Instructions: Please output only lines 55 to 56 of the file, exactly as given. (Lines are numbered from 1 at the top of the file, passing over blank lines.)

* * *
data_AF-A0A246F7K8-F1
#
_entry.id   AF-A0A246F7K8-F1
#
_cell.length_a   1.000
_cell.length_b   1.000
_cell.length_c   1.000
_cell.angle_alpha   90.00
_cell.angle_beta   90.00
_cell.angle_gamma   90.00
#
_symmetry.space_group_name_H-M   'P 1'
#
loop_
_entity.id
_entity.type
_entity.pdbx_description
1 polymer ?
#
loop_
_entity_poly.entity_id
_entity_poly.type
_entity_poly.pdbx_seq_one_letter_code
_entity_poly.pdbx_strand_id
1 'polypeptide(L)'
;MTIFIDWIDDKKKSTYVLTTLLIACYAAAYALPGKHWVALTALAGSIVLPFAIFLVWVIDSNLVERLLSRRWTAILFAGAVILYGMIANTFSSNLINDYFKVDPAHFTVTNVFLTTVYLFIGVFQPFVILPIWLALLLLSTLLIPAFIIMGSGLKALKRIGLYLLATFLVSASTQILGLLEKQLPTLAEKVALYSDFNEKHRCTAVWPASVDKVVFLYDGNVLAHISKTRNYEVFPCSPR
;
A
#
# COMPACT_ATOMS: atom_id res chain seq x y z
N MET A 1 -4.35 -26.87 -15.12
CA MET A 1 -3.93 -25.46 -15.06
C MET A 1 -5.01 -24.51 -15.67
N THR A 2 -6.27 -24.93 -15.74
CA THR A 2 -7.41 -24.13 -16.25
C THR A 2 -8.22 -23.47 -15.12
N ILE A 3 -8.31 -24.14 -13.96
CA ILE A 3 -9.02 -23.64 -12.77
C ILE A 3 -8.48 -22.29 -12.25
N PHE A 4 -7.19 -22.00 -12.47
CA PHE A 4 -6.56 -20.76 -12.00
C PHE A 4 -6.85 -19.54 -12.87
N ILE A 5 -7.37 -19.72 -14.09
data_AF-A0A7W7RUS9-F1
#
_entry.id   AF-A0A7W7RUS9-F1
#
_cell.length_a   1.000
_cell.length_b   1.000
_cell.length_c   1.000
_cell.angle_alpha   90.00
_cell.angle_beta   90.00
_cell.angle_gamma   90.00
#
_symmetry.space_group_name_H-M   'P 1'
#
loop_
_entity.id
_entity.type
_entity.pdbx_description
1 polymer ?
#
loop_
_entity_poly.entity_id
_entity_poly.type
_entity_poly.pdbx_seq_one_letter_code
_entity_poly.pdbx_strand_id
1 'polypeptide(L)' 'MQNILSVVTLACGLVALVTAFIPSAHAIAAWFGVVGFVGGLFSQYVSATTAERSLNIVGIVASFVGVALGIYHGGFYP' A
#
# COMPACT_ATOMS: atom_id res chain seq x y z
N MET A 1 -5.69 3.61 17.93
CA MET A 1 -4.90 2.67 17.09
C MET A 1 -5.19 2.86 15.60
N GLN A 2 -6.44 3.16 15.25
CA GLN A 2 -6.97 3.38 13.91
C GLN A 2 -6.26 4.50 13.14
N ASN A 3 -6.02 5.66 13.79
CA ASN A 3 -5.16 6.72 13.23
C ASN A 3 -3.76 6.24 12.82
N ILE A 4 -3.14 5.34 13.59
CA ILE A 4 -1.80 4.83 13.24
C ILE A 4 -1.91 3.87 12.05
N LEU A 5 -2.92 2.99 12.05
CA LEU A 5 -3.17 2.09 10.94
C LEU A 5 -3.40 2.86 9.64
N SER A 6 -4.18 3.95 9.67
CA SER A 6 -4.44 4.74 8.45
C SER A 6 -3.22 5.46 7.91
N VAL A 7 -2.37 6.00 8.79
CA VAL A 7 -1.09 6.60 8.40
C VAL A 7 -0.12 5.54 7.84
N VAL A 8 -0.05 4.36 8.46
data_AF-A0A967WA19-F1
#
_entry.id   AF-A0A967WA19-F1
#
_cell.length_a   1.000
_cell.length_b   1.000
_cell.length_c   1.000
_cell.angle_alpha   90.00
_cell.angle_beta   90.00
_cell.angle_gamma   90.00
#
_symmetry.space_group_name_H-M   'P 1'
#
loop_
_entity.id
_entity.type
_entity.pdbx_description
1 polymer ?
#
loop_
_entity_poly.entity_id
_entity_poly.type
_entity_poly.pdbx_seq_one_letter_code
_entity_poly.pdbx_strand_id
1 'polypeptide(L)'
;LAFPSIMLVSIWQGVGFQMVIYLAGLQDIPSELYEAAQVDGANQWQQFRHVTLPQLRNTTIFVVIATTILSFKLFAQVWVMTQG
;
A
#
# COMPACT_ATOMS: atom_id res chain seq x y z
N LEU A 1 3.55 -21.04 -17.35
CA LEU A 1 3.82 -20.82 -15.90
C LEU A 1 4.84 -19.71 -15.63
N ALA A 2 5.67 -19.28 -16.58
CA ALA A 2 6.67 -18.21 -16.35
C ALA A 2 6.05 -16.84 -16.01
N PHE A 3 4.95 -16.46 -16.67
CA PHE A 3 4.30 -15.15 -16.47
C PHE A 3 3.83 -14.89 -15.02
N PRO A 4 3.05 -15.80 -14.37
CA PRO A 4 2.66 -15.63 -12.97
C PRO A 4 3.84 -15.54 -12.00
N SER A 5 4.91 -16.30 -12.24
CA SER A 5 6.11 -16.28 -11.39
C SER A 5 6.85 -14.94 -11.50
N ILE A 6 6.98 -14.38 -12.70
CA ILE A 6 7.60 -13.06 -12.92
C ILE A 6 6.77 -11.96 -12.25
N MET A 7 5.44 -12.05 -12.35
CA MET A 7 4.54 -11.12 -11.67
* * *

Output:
_symmetry.space_group_name_H-M   'P 1'
#